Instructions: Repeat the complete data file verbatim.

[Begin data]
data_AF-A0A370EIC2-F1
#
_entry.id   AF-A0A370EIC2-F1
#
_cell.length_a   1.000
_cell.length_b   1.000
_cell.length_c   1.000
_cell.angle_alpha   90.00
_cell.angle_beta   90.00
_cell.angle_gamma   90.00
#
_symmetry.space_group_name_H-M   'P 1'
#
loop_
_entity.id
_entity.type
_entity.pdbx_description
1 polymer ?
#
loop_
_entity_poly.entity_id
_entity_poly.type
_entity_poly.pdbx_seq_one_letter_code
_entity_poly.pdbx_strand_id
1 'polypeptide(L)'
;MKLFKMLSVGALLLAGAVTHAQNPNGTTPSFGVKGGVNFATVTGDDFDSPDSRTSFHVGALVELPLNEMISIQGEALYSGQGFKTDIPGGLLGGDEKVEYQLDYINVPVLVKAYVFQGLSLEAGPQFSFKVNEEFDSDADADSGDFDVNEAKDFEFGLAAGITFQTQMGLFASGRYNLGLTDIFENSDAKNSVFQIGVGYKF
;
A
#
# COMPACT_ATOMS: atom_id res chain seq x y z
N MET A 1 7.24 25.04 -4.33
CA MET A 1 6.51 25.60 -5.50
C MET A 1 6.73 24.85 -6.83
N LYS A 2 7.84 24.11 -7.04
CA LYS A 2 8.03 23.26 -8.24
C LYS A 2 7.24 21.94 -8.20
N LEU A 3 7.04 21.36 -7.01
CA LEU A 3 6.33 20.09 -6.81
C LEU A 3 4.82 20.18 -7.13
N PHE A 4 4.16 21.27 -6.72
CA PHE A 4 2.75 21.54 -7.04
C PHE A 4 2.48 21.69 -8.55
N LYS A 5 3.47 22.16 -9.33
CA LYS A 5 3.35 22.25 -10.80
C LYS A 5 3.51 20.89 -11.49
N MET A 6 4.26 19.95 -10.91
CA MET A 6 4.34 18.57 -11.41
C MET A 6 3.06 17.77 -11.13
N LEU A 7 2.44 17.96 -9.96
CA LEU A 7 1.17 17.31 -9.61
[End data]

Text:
data_AF-A0A370EIC2-F1
#
_entry.id   AF-A0A370EIC2-F1
#
_cell.length_a   1.000
_cell.length_b   1.000
_cell.length_c   1.000
_cell.angle_alpha   90.00
_cell.angle_beta   90.00
_cell.angle_gamma   90.00
#
_symmetry.space_group_name_H-M   'P 1'
#
loop_
_entity.id
_entity.type
_entity.pdbx_description
1 polymer ?
#
loop_
_entity_poly.entity_id
_entity_poly.type
_entity_poly.pdbx_seq_one_letter_code
_entity_poly.pdbx_strand_id
1 'polypeptide(L)'
;MKLFKMLSVGALLLAGAVTHAQNPNGTTPSFGVKGGVNFATVTGDDFDSPDSRTSFHVGALVELPLNEMISIQGEALYSGQGFKTDIPGGLLGGDEKVEYQLDYINVPVLVKAYVFQGLSLEAGPQFSFKVNEEFDSDADADSGDFDVNEAKDFEFGLAAGITFQTQMGLFASGRYNLGLTDIFENSDAKNSVFQIGVGYKF
;
A
#
# COMPACT_ATOMS: atom_id res chain seq x y z
N MET A 1 7.24 25.04 -4.33
CA MET A 1 6.51 25.60 -5.50
C MET A 1 6.73 24.85 -6.83
N LYS A 2 7.84 24.11 -7.04
CA LYS A 2 8.03 23.26 -8.24
C LYS A 2 7.24 21.94 -8.20
N LEU A 3 7.04 21.36 -7.01
CA LEU A 3 6.33 20.09 -6.81
C LEU A 3 4.82 20.18 -7.13
N PHE A 4 4.16 21.27 -6.72
CA PHE A 4 2.75 21.54 -7.04
C PHE A 4 2.48 21.69 -8.55
N LYS A 5 3.47 22.16 -9.33
CA LYS A 5 3.35 22.25 -10.80
C LYS A 5 3.51 20.89 -11.49
N MET A 6 4.26 19.95 -10.91
CA MET A 6 4.34 18.57 -11.41
C MET A 6 3.06 17.77 -11.13
N LEU A 7 2.44 17.96 -9.96
CA LEU A 7 1.17 17.31 -9.61